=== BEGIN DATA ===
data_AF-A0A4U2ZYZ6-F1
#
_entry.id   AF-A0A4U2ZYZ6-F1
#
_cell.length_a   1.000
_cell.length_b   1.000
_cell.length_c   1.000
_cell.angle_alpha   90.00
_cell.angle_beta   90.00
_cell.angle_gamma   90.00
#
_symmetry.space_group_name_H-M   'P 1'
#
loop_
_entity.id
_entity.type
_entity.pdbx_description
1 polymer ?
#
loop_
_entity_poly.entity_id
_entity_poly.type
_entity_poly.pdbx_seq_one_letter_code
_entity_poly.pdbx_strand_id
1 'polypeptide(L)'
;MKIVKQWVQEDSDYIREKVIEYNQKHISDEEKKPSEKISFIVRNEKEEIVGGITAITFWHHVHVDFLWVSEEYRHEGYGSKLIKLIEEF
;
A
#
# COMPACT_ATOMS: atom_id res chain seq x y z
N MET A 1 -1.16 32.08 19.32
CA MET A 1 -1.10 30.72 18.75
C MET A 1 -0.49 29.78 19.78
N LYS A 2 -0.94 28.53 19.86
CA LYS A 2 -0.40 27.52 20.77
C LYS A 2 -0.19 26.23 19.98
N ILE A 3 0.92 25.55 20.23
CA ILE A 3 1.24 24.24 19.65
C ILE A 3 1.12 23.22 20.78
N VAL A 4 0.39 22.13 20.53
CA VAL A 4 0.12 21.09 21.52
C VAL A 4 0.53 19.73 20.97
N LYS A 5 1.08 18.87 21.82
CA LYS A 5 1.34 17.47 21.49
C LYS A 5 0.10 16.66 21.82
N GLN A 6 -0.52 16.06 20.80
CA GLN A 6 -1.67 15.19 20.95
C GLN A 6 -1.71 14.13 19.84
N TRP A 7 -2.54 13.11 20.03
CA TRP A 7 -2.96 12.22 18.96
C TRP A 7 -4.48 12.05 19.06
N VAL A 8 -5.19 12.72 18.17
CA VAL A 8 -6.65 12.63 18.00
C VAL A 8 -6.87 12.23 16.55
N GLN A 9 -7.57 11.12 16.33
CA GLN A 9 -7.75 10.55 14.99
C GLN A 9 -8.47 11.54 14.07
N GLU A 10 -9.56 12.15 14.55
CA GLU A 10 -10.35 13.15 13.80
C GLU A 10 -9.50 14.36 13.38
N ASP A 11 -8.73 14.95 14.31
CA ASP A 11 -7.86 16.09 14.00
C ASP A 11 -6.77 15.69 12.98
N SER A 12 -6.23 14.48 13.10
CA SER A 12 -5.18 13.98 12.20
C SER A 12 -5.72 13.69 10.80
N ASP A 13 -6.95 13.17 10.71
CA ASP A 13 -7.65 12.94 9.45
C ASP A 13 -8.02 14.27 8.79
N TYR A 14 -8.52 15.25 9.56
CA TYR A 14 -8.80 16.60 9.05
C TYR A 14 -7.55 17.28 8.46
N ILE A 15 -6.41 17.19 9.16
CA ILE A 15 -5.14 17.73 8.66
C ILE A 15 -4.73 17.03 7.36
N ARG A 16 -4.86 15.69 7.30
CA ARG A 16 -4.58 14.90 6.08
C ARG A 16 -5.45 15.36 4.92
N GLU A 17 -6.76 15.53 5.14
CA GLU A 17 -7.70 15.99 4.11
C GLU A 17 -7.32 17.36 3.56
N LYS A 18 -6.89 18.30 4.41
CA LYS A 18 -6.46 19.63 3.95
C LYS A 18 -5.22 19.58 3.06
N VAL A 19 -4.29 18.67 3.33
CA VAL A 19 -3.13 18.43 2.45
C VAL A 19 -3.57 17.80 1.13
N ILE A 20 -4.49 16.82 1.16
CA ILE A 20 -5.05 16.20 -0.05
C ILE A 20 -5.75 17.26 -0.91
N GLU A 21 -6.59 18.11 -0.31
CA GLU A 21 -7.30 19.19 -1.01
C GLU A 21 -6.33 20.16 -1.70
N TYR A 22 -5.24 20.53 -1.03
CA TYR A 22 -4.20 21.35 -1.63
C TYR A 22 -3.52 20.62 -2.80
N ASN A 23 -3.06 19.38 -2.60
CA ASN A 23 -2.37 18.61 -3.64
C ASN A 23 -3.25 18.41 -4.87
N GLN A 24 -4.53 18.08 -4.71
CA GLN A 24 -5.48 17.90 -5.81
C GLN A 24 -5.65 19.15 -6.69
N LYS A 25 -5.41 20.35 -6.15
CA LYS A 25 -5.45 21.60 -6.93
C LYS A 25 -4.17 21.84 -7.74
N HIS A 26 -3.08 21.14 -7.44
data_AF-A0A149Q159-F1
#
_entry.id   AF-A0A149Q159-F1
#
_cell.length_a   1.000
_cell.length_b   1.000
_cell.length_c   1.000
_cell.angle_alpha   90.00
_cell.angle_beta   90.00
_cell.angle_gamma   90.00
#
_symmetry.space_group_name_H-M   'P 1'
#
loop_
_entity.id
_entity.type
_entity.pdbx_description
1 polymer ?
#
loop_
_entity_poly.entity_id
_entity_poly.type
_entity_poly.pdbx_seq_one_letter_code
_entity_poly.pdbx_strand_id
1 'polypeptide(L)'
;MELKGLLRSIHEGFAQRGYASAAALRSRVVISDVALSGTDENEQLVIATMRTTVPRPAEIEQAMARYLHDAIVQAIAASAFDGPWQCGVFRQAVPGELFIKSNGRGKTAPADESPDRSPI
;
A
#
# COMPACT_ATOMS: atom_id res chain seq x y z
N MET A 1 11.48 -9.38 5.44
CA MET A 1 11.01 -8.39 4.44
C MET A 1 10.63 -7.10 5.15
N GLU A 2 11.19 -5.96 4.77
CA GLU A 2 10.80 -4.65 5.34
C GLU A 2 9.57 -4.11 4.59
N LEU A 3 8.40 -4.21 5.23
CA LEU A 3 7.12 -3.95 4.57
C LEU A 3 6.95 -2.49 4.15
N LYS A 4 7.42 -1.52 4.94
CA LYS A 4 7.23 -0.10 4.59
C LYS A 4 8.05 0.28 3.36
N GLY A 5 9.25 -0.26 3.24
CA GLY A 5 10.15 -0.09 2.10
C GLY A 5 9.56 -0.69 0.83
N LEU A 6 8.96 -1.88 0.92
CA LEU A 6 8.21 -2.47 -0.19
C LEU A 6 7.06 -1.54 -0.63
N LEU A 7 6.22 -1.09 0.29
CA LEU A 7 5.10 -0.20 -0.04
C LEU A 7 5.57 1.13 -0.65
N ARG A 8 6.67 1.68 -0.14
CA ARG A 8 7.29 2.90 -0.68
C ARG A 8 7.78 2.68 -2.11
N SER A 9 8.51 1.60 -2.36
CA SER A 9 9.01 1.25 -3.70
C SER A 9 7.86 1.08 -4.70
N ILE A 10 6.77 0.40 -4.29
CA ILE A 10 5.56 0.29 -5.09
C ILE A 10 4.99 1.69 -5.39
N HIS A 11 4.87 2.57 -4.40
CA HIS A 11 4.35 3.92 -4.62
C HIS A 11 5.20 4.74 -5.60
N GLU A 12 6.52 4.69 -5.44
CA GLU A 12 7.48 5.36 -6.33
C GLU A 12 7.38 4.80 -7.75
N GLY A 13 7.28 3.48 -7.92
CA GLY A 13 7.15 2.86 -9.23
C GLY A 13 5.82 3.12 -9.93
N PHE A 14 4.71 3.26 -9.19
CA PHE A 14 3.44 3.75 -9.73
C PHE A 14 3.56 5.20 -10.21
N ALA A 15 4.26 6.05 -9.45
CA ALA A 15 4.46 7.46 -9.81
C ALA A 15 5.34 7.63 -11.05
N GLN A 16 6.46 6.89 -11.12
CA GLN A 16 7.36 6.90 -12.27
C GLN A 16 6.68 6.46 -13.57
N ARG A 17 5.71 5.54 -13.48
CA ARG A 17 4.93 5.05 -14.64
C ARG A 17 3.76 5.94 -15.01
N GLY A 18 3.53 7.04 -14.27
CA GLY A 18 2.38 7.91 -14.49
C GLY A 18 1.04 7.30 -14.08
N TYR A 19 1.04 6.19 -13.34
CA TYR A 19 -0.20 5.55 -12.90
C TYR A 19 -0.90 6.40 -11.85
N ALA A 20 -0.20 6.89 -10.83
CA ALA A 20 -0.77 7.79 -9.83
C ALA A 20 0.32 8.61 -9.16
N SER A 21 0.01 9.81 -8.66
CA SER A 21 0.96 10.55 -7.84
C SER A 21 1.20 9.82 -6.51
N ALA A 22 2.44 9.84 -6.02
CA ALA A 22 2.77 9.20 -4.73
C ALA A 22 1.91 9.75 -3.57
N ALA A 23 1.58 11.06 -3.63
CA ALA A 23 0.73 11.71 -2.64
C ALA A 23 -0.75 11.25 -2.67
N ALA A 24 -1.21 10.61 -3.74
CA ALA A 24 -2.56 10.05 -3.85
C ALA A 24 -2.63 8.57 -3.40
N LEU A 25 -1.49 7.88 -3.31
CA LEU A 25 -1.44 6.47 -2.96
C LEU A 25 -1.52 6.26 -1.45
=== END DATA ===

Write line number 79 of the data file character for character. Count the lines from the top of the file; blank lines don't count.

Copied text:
N GLU A 17 -6.76 15.53 5.14